Getting started

Fitting a data to a user defined model

refnx can examine most curve fitting problems. Here we demonstrate a fit to a simple user defined model. This line example is taken from the emcee documentation and the reader is referred to that link for more detailed explanation. The errorbars are underestimated, and the modelling will account for that.

To use refnx we need first need to create a dataset. We create a synthetic dataset

%matplotlib inline

import numpy as np

# Choose the "true" parameters.
m_true = -0.9594
b_true = 4.294
f_true = 0.534

N = 50
x = np.sort(10 * np.random.rand(N))
yerr = 0.1 + 0.5*np.random.rand(N)
y = m_true*x + b_true
y += np.abs(f_true * y) * np.random.randn(N)
y += yerr * np.random.randn(N)

We create a Data1D object from this synthetic data:

from refnx.dataset import Data1D
data = Data1D(data=(x, y, yerr))

Then we need to set up a generative model. Firstly we write a fit-function that returns our straight line model. The Parameter objects describe the parameters we’re going to use in the fit. We give the parameters values, names, and specify their limits. The parameters are combined into a Parameters set, p, using the or operator. Then we create a Model object from our parameter set and the fit-function.

from refnx.analysis import Parameter, Model

def line(x, params, *args, **kwds):
    p_arr = np.array(params)
    return p_arr[0] + x * p_arr[1]

# the model needs parameters
p = Parameter(1, 'b', vary=True, bounds=(0, 10))
p |= Parameter(-2, 'm', vary=True, bounds=(-5, 0.5))

model = Model(p, fitfunc=line)

We set lower and upper limits on each of the parameters. This means that the log-prior probability from those parameters is described by a uniform distribution. Only solutions which have finite probability (i.e. lie between the limits) will be considered by the fit/sampler.

# ln(1 / 10)
# a value lying outside the limits is not possible
print(p[0].logp(1), p[0].logp(-1))
-2.3025850929940455 -inf

It’s not required to give each parameter bounds unless the fit method requires it. The bounds do not have to be from a uniform distribution, any of the scipy.stats.rv_continuous distributions can be used:

import scipy.stats as stats
# a normal distribution of mean 5 and standard deviation 1.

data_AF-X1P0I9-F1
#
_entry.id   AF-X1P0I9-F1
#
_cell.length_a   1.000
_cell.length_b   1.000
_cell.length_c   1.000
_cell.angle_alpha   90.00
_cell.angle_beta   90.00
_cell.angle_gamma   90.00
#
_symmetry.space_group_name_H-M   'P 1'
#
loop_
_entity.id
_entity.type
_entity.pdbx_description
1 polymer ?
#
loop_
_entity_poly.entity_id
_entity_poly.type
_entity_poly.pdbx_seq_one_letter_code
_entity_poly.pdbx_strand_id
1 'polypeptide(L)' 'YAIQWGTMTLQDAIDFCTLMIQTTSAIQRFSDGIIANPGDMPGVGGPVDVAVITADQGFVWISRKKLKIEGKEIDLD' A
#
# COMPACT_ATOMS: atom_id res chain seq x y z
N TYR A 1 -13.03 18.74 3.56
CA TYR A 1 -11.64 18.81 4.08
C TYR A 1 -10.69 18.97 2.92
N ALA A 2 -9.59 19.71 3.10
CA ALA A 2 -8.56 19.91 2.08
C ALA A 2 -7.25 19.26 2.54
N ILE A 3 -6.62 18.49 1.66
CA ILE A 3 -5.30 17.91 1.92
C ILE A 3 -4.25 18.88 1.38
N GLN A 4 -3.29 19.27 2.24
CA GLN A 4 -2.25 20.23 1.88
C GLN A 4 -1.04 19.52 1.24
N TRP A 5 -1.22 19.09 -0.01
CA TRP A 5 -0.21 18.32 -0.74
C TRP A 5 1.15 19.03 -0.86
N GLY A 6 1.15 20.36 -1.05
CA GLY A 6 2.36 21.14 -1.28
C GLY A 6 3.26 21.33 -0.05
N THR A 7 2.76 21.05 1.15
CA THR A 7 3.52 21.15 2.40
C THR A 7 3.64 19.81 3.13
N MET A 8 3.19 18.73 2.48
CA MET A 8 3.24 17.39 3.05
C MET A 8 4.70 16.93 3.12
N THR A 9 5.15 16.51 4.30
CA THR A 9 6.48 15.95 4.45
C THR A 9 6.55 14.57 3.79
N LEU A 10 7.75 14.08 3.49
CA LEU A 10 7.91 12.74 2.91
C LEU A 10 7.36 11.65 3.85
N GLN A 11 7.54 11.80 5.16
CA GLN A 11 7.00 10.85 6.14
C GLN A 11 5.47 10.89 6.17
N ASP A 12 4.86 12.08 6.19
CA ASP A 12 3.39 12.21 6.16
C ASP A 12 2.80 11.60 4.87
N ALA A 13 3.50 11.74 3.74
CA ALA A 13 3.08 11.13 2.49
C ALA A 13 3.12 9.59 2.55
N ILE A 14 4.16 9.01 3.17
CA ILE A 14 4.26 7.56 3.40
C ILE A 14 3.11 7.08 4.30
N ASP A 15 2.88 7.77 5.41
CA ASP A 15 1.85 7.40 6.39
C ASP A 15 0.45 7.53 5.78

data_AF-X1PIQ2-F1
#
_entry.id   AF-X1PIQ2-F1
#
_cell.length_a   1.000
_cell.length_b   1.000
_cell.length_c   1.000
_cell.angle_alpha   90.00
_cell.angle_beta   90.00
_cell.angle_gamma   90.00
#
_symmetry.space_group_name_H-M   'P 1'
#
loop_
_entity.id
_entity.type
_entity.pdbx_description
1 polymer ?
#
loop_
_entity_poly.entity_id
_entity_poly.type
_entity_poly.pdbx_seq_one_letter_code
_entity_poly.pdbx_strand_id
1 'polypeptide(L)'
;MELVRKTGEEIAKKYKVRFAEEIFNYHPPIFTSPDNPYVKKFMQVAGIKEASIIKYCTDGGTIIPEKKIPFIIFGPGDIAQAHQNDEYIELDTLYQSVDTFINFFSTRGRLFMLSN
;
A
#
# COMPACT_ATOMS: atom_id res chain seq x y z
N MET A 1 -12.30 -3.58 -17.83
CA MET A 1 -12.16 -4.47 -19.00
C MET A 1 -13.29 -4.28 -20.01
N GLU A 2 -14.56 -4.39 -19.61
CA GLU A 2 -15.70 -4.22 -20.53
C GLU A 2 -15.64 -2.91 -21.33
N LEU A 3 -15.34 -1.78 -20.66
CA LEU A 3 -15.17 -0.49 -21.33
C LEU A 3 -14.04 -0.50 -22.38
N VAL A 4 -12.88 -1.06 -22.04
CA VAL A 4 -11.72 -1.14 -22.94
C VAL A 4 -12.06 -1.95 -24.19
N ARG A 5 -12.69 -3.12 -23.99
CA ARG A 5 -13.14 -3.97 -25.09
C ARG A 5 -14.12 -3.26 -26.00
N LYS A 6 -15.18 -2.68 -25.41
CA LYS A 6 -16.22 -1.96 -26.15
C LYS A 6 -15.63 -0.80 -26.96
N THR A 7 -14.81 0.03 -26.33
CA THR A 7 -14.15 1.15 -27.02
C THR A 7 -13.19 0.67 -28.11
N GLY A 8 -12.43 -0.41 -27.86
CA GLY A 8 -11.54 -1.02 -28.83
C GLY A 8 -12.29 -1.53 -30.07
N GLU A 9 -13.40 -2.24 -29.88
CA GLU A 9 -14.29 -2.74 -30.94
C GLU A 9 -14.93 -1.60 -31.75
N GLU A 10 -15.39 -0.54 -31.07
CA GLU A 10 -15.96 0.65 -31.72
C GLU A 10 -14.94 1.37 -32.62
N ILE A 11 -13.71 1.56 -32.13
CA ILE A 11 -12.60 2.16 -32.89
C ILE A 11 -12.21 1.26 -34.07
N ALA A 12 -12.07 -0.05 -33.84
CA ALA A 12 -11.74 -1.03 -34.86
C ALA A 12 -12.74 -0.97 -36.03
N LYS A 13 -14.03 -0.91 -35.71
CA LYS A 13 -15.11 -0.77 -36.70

p[0].bounds = stats.norm(5, 1)

Now we create an Objective from the model and the data. We use an extra parameter, lnsigma, to describe the underestimated error bars. Objectives use the model and data to calculate statistics about the curve fitting system.

from refnx.analysis import Objective

lnf = Parameter(0, 'lnf', vary=True, bounds=(-10, 1))
objective = Objective(model, data, lnsigma=lnf)
print(objective.chisqr(), objective.logp(), objective.logl(), objective.logpost())
1185.7110246179552 -6.405228458030841 -738.614995170284 -745.0202236283149

Then a CurveFitter is created from the Objective. This is responsible for doing all the curvefitting/Bayesian sampling. Let’s do a quick fit using Differential Evolution.

from refnx.analysis import CurveFitter

fitter = CurveFitter(objective)'differential_evolution');
22it [00:00, 127.49it/s]

In the final output of the sampling each varying parameter is given a set of statistics. Parameter.value is the median of the chain samples. Parameter.stderr is half the [15, 85] percentile, representing a standard deviation.

Objective - 4829542384
Dataset = <None>, 50 points
datapoints = 50
chi2 = 46.739546242716216
Weighted = True
Transform = None
Parameters:      None
<Parameter:     'lnf'     , value=-0.790441 +/- 0.205, bounds=[-10.0, 1.0]>
Parameters:      None
<Parameter:      'b'      , value=4.52831 +/- 0.358, bounds=[0.0, 10.0]>
<Parameter:      'm'      , value=-1.00301 +/- 0.078, bounds=[-5.0, 0.5]>

The trouble with a single fit that minimises \(\chi^2\) is that it doesn’t reveal the range of solutions that are consistent with the data. It also assumes that the parameter uncertainties will be normally distributed and uni-modal. To investigate the parameter probability distributions we need to use MCMC to sample the posterior probability distribution of the system.

Note: pool= specifies that no parallelisation is done during sampling. On platforms that use spawn for multiprocessing special precautions must be used when using pool > 1.

fitter.sample(1000, pool=1);
100%|██████████| 1000/1000 [00:20<00:00, 48.70it/s]

Once the sampling is done we burn/discard some of the initial steps because the initial locations of the walkers won’t be around their ‘equilibrium’ position. We thin out the chain to reduce auto-correlation between successive steps.

from refnx.analysis import process_chain

process_chain(objective, fitter.chain, nburn=300, nthin=100, flatchain=True)
Parameters:      None
<Parameter:     'lnf'     , value=-0.761916 +/- 0.153, bounds=[-10.0, 1.0]>
Parameters:      None
<Parameter:      'b'      , value=4.53947 +/- 0.355, bounds=[0.0, 10.0]>
<Parameter:      'm'      , value=-1.0064 +/- 0.0775, bounds=[-5.0, 0.5]>

Now we can see the range of solutions that are consistent with the data: